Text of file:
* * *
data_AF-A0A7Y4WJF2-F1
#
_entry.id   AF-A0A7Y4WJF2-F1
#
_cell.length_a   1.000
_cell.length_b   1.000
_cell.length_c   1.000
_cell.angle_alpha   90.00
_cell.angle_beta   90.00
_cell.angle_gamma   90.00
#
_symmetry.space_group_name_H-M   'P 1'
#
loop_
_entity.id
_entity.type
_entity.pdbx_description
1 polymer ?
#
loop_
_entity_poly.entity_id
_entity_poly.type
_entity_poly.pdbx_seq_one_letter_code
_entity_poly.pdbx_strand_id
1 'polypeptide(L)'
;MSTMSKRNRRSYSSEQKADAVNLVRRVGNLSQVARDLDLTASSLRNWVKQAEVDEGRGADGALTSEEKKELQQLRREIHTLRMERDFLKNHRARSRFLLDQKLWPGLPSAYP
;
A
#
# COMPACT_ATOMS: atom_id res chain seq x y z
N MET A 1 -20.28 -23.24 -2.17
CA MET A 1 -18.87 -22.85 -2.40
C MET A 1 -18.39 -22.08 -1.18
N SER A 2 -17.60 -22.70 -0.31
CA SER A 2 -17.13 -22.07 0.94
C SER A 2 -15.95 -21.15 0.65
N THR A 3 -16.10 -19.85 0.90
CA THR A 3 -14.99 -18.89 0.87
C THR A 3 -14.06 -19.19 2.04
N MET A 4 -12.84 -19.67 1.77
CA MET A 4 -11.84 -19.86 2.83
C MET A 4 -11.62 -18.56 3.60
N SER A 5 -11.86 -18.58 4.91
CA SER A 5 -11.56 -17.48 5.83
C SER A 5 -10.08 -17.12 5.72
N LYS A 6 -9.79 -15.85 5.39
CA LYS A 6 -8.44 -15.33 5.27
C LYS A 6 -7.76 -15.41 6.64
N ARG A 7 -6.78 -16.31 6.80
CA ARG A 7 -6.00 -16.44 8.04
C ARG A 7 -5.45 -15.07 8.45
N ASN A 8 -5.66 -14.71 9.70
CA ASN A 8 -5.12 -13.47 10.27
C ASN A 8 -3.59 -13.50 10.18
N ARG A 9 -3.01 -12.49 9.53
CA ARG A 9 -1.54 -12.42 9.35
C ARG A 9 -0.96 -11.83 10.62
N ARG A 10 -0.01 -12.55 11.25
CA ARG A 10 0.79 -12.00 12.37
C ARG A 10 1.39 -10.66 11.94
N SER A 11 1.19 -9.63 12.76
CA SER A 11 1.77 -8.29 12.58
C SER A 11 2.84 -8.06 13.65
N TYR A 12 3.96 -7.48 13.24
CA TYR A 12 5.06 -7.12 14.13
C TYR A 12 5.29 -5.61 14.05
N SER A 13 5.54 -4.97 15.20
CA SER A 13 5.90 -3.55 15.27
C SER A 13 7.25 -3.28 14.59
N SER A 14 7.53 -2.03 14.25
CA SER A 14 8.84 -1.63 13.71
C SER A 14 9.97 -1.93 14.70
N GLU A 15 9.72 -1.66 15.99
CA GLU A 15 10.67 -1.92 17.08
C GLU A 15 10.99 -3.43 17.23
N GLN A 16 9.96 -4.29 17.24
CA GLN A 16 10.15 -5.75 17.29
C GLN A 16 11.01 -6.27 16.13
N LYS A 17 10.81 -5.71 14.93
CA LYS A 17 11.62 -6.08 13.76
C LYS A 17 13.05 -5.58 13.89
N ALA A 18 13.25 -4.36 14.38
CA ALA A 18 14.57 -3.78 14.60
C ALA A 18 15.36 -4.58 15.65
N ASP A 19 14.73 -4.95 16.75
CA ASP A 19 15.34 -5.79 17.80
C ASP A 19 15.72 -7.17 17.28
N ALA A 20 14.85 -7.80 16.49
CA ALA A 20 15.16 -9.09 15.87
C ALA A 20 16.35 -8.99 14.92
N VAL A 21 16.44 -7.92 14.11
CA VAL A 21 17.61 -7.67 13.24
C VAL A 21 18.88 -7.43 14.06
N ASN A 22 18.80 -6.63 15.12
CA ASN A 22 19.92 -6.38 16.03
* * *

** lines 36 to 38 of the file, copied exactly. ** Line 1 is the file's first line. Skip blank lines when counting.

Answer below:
C SER A 2 -15.95 -21.15 0.65
N THR A 3 -16.10 -19.85 0.90
CA THR A 3 -14.99 -18.89 0.87